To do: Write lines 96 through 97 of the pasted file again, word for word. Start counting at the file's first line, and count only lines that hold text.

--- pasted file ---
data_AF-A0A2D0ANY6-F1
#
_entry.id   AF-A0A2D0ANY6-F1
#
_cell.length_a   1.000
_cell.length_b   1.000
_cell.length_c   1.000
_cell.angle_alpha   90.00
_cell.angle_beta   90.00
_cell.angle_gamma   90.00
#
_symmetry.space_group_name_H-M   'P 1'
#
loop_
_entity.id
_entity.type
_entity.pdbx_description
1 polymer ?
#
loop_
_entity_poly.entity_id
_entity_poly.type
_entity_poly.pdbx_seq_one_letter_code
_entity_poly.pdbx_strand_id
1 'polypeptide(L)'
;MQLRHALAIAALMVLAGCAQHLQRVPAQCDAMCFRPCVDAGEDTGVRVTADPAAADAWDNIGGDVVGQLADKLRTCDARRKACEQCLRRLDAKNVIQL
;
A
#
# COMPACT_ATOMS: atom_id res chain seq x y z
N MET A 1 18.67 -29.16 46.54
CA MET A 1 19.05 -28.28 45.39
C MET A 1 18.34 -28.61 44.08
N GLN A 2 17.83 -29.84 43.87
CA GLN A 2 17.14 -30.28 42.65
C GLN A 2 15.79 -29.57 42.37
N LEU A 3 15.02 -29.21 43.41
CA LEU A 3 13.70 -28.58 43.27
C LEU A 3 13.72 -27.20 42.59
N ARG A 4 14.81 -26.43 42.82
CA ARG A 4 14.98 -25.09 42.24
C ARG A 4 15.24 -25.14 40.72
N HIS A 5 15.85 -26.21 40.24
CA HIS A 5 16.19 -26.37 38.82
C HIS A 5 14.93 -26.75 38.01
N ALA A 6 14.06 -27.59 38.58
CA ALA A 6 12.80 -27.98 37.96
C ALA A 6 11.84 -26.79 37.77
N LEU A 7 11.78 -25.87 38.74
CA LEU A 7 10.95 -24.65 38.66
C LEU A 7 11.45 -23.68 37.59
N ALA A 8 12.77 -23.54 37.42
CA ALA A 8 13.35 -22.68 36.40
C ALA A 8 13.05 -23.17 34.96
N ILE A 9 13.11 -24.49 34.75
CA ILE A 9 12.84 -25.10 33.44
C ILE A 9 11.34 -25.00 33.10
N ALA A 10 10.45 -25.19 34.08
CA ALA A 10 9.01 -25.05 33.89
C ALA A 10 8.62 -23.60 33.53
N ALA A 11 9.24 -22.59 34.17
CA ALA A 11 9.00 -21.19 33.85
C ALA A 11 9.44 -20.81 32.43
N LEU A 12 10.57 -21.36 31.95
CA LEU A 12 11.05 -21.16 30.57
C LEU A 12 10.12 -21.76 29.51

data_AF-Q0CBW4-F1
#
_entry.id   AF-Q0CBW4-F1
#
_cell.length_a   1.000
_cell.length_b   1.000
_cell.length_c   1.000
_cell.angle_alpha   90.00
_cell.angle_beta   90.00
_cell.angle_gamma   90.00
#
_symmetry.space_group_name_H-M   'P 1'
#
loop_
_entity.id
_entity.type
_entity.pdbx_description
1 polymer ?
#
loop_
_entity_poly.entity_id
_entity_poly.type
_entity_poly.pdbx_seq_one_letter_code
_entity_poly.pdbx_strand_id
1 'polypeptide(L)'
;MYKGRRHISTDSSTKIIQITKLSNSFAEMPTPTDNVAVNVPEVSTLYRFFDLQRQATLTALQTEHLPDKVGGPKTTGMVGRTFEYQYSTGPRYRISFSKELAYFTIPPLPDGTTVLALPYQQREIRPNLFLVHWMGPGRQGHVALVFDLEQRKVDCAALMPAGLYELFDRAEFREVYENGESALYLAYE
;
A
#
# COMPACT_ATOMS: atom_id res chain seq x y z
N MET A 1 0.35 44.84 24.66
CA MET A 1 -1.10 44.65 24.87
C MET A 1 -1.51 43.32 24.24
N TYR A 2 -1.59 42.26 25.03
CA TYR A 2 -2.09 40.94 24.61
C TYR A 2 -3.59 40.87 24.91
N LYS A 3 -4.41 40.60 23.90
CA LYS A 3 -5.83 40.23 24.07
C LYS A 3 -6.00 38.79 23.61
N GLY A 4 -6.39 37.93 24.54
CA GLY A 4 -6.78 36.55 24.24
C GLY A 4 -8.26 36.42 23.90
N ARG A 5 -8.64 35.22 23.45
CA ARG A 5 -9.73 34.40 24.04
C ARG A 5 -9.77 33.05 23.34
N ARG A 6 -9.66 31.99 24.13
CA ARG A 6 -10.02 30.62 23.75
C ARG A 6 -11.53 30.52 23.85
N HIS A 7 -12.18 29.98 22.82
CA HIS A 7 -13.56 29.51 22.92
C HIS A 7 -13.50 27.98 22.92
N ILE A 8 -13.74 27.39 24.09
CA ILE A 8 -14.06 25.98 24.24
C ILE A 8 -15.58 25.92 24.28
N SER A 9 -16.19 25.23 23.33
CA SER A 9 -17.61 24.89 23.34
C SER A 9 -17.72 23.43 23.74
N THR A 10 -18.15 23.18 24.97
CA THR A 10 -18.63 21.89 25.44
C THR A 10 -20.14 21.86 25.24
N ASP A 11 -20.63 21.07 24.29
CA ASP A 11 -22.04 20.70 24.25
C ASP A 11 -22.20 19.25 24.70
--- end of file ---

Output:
# COMPACT_ATOMS: atom_id res chain seq x y z
N MET A 1 0.35 44.84 24.66